COVID-19 doesn’t stop planting season

• By Bruce Schultz •

loading rice, vermillion parish
A trailer is loaded with rice that had been stored in grain bins at Christian Richard’s farm in Vermilion Parish — photos by Bruce Schultz/LSU AgCenter

Many  schools and workplaces have  closed up shop amid the coronavirus pandemic. But in the world of agriculture,  the show must go on.

In Louisiana, this  is rice and corn  planting season —  a busy and important time of year for farmers, who also will soon begin planting other crops  such as  soybeans  and  cotton.

“We’re wide open,” said Jason Waller, who grows rice, corn and soybeans in Mer Rouge in northern Louisiana.  “They don’t let us take off from work or let us stop. Everybody’s got to eat.”

“Everything’s a go right now as far as corn planting is concerned in Louisiana,” said  LSU  AgCenter corn specialist  Dan Fromme.

Corn farmers just started planting last week, with only about 5% to 10% of the state’s corn  in the ground  so far,  Fromme  said. He  predicts  Louisiana  will have  550,000 to 600,000 acres of corn  this year  —  a slight increase from 2019.

Farmers in some  areas  have been  hindered  not by coronavirus-related problems but by a more familiar foe:  the weather. Rain has made many fields too wet  for operating  planting equipment.

“Most of the farmers I’ve talked to have had to jump around a little bit to find some dry ground,”  Fromme  said.

“We need dry weather badly,” said Waller, who  is planting corn  now and  struggling with wet ground conditions.  “The weather has just not been very cooperative this year.”

It’s important to  plant  during optimum windows; delays can prevent  crops  from performing  to their fullest potential. For corn, ideal planting dates range from  Feb. 25 to March  23 for southern Louisiana and March 24 to April 22 for the northern half of the state.

As time goes by and temperatures heat up, “we begin to slowly lose yield,”  Fromme  said.

Rice season a go

christian richard
Vermilion Parish farmer Christian Richard watches rice being loaded into a trailer he will haul to a local rice mill. The rice is from last year’s crop that he recently sold.

Farmers are  putting  rice  in the ground  and  gearing up to plant  soybeans  —  crops that  covered  about  415,000 acres and  1 million  acres, respectively,  last year  in Louisiana.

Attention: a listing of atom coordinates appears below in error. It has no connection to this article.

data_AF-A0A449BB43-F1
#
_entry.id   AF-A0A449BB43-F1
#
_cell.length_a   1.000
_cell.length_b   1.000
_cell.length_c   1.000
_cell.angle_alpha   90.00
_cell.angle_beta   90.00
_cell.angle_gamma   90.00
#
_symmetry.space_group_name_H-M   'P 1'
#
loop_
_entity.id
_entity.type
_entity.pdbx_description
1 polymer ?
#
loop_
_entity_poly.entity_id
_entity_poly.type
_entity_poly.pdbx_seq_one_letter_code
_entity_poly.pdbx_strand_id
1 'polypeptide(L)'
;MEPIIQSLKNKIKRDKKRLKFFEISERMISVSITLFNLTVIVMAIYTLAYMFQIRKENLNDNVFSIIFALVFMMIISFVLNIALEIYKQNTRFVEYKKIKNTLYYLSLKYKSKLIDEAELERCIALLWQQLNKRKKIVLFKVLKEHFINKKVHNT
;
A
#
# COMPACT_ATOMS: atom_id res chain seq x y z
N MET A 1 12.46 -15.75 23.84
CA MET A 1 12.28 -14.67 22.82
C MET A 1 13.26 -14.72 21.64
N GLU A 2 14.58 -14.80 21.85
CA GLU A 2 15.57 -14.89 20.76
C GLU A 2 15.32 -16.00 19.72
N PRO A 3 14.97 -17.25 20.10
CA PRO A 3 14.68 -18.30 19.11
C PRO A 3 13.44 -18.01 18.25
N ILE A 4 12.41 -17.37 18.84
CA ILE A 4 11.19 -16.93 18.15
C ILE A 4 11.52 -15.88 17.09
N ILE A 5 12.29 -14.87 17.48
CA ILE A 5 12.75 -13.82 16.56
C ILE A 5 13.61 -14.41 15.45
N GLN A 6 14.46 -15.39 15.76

“We’re doing what we normally do  — just another day,” said Mike Hundley, an Acadia Parish rice, soybean and crawfish  producer.  He has finished planting about half of  his rice.

Despite closures and uncertainty worldwide, farmers are  continuing to  do  their part in an industry that’s worth $11.7 billion to the Louisiana economy and  that  helps feed and clothe people around the globe.

“Farmers have got to put the seed in the ground.  That’s how they make a living,”  Fromme  said. “Luckily, at  this time of year, farmers are not around a whole lot of people — mainly just themselves  and  a few of their workers. They don’t really have much time to go out and interact with many people. They’re  out in  the fields.  And then at night, they  go back home.  That’s pretty  much  the routine they have this time of year.”

Christian Richard, who farms rice, soybeans and crawfish in Vermilion Parish, said his farming operation is continuing with no interruption, although he’s concerned about the glut of crawfish on the market with restaurants closing.

Richard said he has more than half of his rice planted, and he will follow that with soybean planting. In the meantime, he’s loading truckloads of rice from last year’s crop that he recently sold.

Mike  Salassi, AgCenter associate vice president, said research and outreach  activities that support farmers and  other clientele  will continue during the coronavirus  shutdown.

“Our research stations remain open with essential personnel to carry out necessary operations,”  Salassi  said. “Parish offices are open but have restricted visitors for now, and agents are available by phone or email and will continue to work with the public throughout this time.”

Bruce Schultz is assistant communications specialist at the LSU AgCenter. He may be reached at

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